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Russian Scholar Mr. Peter Topychkanov’s Visit to IPRI on January 17, 2014

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Ambassador Sohail Amin, President Islamabad Policy Research Institute (IPRI), after welcoming the scholar and brief introduction of IPRI opened the floor for discussion.

The visiting Russian scholar, Mr. Peter Topychkanov said there were good relations between Moscow and Islamabad in fields such as military cooperation. High Military officers from Pakistan have visited Russia in recent years and vice-versa. And there were regular interactions between the ministry of defence and ministry of foreign affairs of both countries. However, there was a need to develop cooperation between the researchers and academicians of two countries.

Briefing about the research on Pakistan in Russia, Mr. Topychkanov said that during Soviet era and even before the independence of Pakistan researchers such as, Yuri Vladimirovich Gankovski and V. N. Moskalenko were experts on Pakistan affairs. A Russian scholar VY Belokrenitsky even wrote a book “1947: A Political History of Pakistan.”After the fall of Soviet Union a vacuum was created and due to lack of resources and experts there remained few people who actually worked on Pakistan. Presently, there were hardly few researchers whose areas of interests included Pakistan.

Russian International Affairs Council (RIAC), which was established by former President Medvedev, was interested in research on security situation of Pakistan. Topics such as terrorism, nuclear security and drugs were being neglected by the researchers of RIAC.

He said the main agenda for dialogue between the US and Russia was Arms Control and allied issues such as politics and security. Even in the times of crisis we had strategic dialogue with the US under Arms Control but it covered other issues as well. Similarly, if there was security dialogue between Pakistan and Russia, both countries could cooperate in such fields as politics, economy, energy and trade.

Pakistan-Russia joint working groups on counter terrorism, strategic stability and inter-governmental commission were positive developments and these would lead to further cooperation in other areas as well. Due to these working groups Russia’s deputy minister of foreign affairs Sergei Kapkov and deputy minister of defence Mr. Anatoly Antonov had shown their interest in the idea of research on Pakistan in RIAC.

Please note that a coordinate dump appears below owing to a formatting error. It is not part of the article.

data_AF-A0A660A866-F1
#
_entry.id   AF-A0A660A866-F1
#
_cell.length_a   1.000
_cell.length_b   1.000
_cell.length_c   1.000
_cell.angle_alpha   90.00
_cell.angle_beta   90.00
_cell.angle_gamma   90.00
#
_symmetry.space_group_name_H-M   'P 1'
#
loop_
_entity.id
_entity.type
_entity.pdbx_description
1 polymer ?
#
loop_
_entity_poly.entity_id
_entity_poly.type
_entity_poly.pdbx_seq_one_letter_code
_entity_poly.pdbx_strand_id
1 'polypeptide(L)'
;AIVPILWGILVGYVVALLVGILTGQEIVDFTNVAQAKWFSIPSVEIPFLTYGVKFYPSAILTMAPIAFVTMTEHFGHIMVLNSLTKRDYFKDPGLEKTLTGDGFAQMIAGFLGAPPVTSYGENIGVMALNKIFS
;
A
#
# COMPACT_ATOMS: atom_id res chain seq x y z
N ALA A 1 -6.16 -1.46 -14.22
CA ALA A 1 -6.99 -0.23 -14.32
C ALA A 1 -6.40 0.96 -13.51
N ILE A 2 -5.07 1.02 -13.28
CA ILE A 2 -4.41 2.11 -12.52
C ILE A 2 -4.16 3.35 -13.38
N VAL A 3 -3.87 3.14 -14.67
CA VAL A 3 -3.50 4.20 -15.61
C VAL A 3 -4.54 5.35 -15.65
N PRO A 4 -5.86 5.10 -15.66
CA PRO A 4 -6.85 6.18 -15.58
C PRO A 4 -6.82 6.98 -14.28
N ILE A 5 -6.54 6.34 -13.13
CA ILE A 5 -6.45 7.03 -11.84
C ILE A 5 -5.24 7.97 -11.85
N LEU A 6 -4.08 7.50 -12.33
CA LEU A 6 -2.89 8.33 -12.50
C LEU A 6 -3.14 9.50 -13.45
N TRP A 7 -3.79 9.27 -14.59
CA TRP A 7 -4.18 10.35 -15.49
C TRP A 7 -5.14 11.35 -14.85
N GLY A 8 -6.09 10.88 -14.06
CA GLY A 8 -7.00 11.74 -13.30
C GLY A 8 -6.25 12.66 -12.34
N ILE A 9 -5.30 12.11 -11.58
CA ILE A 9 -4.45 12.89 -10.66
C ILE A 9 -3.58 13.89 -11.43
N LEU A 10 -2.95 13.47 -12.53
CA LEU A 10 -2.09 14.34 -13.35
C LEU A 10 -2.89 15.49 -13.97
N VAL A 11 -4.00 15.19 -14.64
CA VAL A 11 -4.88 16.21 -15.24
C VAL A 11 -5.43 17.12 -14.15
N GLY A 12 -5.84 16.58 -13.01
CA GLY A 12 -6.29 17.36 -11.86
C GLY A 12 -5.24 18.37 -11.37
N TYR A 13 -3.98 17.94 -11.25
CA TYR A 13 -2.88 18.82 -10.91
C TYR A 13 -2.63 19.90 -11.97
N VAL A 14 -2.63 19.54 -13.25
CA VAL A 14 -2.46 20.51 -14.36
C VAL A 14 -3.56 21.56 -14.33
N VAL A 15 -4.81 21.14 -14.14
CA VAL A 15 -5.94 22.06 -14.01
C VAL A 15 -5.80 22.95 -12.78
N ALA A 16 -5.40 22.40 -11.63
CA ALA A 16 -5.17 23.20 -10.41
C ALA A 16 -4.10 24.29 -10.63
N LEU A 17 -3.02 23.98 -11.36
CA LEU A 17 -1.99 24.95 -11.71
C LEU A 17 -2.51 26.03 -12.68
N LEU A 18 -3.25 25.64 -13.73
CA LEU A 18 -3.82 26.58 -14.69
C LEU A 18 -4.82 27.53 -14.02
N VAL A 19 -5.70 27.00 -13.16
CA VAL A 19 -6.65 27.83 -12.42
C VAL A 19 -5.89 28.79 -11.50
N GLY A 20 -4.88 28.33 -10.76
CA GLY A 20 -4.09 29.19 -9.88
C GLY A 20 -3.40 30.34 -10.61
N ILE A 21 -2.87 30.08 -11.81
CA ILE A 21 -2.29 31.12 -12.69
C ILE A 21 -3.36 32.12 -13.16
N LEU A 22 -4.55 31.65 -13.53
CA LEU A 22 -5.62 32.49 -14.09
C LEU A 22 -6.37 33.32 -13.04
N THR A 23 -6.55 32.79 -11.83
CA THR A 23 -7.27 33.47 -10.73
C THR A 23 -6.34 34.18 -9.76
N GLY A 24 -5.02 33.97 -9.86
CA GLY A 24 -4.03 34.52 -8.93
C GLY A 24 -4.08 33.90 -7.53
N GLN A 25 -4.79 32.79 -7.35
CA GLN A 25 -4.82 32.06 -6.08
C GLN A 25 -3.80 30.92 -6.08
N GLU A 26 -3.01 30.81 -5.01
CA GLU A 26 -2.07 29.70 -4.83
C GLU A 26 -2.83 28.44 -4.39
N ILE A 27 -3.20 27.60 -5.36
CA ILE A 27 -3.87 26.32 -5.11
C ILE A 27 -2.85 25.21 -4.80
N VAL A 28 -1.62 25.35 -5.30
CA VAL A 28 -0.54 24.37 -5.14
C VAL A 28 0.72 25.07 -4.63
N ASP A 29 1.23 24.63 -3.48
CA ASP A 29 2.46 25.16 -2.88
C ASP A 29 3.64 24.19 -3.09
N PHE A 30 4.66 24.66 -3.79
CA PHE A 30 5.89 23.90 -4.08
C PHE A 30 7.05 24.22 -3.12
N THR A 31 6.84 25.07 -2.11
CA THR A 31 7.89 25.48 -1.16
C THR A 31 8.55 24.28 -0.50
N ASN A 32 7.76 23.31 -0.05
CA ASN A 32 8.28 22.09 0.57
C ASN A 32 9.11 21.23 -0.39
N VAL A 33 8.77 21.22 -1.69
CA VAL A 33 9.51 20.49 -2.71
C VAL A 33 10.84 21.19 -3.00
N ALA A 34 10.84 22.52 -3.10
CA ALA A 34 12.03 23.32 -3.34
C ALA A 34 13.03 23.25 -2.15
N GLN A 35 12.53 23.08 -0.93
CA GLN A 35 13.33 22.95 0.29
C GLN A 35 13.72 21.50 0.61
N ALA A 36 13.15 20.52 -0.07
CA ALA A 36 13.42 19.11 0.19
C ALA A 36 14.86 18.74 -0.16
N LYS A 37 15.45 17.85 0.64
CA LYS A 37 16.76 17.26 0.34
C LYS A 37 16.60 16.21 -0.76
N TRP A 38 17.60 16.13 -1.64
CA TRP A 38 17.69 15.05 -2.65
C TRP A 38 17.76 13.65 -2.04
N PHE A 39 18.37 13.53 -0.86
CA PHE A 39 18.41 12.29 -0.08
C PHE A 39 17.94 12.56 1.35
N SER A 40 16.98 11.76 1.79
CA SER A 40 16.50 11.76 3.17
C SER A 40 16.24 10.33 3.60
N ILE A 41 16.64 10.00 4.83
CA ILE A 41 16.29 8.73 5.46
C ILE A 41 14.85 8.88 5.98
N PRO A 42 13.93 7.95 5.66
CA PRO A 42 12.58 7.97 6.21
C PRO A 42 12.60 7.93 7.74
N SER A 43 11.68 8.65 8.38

Talking about economic cooperation between Russia and Pakistan Mr. Topychkanov said there were limited opportunities due to lack of resources in Russia. Russia needed more resources to protect its investment abroad. He added that even for Russia-China energy projects Beijing had invested more than Moscow for the development of pipelines and infrastructure. Russia was a passive partner in these projects. After the conclusion of energy projects with China it had become difficult to invest in other countries.

He further deliberated on the economy of Russia. He said the country needed to modernise its economy and required years to be able to participate in international projects. There was a debate during the tenure of former President Medvedev about modernisation of industry, economy and energy sectors. He did not have much success because there were many issues requiring attention including corruption. President Putin had continued his predecessor’s policy and was focusing on industrialisation, and corruption. Nonetheless people were pessimist regarding success in the fight against corruption.

He spoke on Russia’s role as a powerful actor in international politics. He said that there prevailed a view that Russia was “Soviet Union-2” which was not true. However, Russia had taken strong stance in the United Nations Security Council (UNSC) on Iran and Syria, which demonstrated that Moscow’s role in the field of international diplomacy was growing. He said another important development was that Russia decided to become a donor country and not an aid receiving country. Russia provided aid to International Atomic Energy Agency (IAEA), Afghanistan and other countries. International politics was a complex business and the country was cautious in its foreign affairs and avoided dealing in the fields of military, nuclear capabilities and economy.

He said that President Putin’s foreign policy was different for Pakistan and India. Relations with one country were not at the cost of the other. Russia maintained its relations with Pakistan through security framework and hoped to develop cooperation in trade and economy. While with India, Russia maintained its traditional ties. He said Russia was not sure about election results in India and if Narinder Modi formed new government, it would be a new start in bilateral relations.

An IPRI scholar said that Pakistan had better relations with former Soviet Union for some time, and Soviets constructed Steel Mill for Pakistan. Soviets promised the development of electrical complex in Peshawar and a mechanical complex in Taxila, but these projects could not materialise. Since there was no conflict between Pakistan and Russia the relations between the two countries could further improve. He asked Topychkanov if Russia could help Pakistan in its energy crisis. The scholar replied that there was no conflict between Moscow and Islamabad, however to improve relations both countries need to overcome obstacles related to their past especially the Soviet invasion of Afghanistan. He was informed that Pakistan’s role in Afghanistan was based primarily on its security concerns.